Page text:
Pharma giant Sanofi ($SNY) is jumping on the clinical trial transparency bandwagon, agreeing to share data with researchers public and private, but the French drugmaker's plan stops short of the sweeping initiatives favored by some of its rivals.
Starting on Jan. 1, Sanofi followed GlaxoSmithKline ($GSK) and Pfizer ($PFE) by allowing academics, CROs and competing drugmakers to request access to its trial data, but not without a list of caveats. Sanofi said it will only hand over study results for drugs approved by both U.S. and EU regulators, and only those OK'd in 2014 or afterward. Right now, that amounts to exactly zero drugs--and, considering the FDA's issues with Lemtrada, that might be the case for a while.
Like GSK and Pfizer, Sanofi will employ an independent panel to vet requests for data and ensure they are of scientific merit, the company said. Unlike its forebears, though, Sanofi is keeping the lid on failures and early-phase work, and it's almost certainly no coincidence that the company's transparency-light initiative comes amid increasing pressure on the whole industry from European regulators who believe drug companies are too tight-lipped.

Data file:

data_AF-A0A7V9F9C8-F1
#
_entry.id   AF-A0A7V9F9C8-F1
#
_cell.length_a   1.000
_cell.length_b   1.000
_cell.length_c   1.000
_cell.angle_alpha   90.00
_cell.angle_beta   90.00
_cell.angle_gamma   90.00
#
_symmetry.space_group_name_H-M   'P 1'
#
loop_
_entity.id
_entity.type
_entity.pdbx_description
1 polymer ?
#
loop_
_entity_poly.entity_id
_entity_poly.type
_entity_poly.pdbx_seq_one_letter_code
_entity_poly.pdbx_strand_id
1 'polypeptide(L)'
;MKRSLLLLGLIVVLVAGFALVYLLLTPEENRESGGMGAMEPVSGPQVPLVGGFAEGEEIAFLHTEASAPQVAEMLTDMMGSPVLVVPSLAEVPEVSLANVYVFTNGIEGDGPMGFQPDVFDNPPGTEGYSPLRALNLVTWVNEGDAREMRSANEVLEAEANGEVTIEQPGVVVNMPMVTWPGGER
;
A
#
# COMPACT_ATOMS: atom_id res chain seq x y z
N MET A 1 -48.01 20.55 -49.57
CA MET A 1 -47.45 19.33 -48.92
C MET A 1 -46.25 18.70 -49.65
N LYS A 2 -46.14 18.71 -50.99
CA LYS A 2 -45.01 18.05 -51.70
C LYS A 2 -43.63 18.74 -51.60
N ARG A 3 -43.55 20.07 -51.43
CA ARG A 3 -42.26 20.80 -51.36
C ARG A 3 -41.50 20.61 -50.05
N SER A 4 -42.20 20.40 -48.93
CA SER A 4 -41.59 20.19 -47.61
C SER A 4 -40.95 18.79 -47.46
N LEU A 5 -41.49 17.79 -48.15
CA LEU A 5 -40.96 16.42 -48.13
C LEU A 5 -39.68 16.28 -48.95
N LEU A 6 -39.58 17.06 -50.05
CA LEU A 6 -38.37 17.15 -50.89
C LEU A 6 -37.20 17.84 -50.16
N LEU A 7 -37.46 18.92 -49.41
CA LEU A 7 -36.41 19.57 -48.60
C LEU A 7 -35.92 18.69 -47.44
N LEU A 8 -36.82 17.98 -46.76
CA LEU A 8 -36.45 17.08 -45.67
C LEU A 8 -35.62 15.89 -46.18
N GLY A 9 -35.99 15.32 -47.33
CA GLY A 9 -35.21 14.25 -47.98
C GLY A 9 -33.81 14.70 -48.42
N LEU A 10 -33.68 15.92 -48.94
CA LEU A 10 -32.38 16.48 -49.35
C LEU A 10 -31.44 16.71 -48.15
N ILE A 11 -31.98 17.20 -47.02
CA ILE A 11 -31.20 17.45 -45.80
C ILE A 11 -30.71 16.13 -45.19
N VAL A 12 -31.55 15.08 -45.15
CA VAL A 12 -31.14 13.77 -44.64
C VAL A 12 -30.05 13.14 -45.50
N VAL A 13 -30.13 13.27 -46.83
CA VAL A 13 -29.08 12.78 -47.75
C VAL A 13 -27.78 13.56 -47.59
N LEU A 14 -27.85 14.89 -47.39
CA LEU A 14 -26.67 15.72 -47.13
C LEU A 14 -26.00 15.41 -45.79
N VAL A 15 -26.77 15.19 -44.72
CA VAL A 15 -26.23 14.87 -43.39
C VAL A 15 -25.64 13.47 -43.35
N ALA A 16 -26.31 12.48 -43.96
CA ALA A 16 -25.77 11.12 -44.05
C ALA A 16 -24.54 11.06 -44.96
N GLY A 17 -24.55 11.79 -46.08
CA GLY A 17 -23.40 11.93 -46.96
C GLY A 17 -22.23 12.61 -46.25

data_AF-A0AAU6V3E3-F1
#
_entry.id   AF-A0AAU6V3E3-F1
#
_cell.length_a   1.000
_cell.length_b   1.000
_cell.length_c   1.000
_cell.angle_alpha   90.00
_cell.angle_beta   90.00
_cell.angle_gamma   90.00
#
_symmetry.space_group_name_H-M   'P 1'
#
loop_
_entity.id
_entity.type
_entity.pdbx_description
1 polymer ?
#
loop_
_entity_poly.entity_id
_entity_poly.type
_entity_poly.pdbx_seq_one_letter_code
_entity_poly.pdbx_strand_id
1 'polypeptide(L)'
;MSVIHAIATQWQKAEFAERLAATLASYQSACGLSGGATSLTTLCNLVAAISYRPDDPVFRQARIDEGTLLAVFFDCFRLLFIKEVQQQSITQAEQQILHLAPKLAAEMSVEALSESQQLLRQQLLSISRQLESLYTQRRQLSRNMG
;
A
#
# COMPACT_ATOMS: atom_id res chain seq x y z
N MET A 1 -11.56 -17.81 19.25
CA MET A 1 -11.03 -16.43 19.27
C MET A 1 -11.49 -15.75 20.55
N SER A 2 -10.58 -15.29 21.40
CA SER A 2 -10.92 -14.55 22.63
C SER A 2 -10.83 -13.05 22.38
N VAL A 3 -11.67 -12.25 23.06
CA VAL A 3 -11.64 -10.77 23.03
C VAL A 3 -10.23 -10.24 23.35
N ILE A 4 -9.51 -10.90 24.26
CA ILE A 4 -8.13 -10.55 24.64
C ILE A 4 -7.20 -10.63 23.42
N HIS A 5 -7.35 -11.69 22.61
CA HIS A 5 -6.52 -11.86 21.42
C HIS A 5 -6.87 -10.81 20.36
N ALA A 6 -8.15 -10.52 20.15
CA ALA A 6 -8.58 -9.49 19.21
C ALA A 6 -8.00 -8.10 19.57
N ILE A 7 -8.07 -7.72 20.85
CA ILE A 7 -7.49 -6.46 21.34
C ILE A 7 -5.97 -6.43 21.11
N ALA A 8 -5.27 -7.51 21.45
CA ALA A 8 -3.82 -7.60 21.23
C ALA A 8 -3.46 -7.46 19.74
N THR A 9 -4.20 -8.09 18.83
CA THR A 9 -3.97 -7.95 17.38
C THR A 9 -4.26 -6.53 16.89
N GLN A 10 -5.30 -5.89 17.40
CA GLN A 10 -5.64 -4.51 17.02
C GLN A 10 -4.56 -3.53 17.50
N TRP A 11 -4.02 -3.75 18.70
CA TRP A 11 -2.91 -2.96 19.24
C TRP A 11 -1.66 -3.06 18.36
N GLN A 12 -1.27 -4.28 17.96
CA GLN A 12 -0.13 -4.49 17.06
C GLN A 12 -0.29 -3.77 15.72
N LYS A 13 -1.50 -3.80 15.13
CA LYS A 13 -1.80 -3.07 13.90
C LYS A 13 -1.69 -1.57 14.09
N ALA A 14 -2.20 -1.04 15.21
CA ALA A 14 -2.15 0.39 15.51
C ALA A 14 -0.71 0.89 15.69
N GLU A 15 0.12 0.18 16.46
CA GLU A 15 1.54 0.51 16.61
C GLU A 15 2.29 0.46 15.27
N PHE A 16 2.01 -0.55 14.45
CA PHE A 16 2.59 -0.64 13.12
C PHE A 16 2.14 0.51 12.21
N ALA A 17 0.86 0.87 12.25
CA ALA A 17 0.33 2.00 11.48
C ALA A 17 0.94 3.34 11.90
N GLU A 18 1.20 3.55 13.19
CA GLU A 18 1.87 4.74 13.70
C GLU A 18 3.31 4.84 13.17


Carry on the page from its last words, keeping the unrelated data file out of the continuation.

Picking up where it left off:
Still, free data from pivotal trials can only be a boon to CROs, especially those that lack sizable vaults of their own. Industry heavyweights like Quintiles ($Q) and Covance ($CVD) trade on the fact that they have terabytes of data from trials in numerous fields, but, as more and more study data become available around the globe, small and mid-size CROs may have an easier time competing for partnerships.
"Finding new therapies can be accelerated by fully sharing the successful and unsuccessful research results with other researchers," Sanofi CEO Chris Viehbacher said in a statement. "Data sharing helps to reduce duplication and allows researchers to build more effectively on the findings of other researchers. The private sector has taken a lead on this, which I would hope academic researchers will follow."
- read the statement